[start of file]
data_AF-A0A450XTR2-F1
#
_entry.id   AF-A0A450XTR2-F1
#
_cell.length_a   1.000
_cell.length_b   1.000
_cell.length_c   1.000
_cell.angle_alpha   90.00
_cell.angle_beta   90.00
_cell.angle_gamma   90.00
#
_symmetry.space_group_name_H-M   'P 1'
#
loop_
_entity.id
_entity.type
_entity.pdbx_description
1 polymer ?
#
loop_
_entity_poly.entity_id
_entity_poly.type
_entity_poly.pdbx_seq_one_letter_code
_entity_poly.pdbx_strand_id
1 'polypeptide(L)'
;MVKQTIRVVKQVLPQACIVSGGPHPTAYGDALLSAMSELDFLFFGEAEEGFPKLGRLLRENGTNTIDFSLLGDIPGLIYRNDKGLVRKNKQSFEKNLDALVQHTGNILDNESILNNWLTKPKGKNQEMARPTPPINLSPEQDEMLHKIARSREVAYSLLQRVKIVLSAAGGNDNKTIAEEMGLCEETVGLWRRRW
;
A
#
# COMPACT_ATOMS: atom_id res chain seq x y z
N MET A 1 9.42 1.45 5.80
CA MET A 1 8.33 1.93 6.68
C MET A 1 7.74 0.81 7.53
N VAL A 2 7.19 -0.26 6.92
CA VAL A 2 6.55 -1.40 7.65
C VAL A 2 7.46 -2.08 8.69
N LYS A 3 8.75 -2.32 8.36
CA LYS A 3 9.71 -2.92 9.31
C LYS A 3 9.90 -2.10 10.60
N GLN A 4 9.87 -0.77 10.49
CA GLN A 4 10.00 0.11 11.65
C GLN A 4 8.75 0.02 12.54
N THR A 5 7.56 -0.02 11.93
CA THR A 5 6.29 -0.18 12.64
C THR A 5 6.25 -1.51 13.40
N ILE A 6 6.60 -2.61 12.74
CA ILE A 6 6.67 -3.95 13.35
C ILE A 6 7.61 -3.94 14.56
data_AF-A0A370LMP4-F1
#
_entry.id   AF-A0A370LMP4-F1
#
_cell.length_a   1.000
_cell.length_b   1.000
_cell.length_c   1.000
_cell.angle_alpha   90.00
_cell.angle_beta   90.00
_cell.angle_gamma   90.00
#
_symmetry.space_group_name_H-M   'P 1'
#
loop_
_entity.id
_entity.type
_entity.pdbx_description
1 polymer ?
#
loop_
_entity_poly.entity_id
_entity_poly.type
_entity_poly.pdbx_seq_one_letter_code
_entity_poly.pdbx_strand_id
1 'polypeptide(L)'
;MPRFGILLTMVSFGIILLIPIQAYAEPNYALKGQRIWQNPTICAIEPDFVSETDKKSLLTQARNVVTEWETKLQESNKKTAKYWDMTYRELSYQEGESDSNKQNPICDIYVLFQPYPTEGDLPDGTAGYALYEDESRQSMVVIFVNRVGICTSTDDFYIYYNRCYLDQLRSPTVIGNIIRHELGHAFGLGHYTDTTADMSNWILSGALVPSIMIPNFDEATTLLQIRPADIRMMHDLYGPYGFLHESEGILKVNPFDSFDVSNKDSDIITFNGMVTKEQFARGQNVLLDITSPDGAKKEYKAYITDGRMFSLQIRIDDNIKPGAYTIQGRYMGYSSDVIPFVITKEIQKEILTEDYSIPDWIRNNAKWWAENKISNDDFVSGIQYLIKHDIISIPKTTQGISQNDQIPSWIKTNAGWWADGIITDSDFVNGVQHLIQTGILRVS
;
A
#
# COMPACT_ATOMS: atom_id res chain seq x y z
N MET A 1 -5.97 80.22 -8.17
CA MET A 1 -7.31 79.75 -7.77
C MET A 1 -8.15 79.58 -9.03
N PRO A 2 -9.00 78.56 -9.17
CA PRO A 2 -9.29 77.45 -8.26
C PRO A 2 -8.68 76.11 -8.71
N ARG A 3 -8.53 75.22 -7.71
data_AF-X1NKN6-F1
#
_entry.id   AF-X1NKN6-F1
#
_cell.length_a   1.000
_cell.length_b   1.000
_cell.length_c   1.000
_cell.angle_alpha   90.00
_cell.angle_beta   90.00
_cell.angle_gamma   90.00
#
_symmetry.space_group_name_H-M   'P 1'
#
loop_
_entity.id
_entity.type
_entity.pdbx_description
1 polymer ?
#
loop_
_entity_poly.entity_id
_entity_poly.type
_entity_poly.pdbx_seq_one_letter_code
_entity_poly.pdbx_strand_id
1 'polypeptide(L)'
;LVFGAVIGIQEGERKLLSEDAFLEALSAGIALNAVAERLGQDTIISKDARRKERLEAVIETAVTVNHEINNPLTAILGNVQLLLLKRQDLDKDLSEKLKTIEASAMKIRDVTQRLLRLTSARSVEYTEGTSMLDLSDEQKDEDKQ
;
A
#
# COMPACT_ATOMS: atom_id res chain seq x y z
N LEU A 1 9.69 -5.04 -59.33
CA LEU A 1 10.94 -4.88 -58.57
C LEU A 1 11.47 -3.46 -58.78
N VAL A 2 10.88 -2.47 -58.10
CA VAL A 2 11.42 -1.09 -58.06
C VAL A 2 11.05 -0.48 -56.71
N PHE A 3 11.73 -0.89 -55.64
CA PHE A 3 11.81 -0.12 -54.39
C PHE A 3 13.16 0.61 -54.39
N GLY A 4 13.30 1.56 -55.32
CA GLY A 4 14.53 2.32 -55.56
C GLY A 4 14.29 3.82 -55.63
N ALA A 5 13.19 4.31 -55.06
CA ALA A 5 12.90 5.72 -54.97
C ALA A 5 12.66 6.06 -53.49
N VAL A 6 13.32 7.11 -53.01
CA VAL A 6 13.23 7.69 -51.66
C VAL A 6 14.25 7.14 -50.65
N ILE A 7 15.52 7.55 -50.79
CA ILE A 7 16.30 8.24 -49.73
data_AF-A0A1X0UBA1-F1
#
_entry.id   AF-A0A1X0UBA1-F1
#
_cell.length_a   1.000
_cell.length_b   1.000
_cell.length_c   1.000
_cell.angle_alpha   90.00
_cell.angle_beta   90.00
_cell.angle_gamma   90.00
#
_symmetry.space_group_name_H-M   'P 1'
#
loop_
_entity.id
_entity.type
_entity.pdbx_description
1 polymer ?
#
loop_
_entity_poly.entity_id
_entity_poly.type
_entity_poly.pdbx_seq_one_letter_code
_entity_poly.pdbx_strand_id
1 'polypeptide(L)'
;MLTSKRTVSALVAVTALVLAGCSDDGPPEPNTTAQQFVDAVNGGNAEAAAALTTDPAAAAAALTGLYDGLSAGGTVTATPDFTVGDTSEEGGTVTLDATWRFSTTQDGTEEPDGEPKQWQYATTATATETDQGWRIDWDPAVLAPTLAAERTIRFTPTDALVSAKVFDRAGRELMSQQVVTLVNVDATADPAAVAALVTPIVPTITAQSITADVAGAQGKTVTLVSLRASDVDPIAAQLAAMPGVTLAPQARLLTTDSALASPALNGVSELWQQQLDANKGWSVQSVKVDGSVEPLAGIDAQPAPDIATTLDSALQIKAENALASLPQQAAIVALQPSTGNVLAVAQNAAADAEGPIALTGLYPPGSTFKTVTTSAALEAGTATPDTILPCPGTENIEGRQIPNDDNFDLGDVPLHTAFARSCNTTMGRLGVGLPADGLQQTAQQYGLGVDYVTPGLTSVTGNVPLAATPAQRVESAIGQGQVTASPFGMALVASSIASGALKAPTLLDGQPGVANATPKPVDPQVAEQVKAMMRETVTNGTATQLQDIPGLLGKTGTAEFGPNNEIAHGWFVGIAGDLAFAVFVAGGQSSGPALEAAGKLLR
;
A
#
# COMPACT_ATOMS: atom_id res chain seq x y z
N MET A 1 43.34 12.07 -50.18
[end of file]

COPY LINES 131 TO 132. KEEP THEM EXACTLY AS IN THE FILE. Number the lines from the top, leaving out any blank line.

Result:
N VAL A 6 13.32 7.11 -53.01
CA VAL A 6 13.23 7.69 -51.66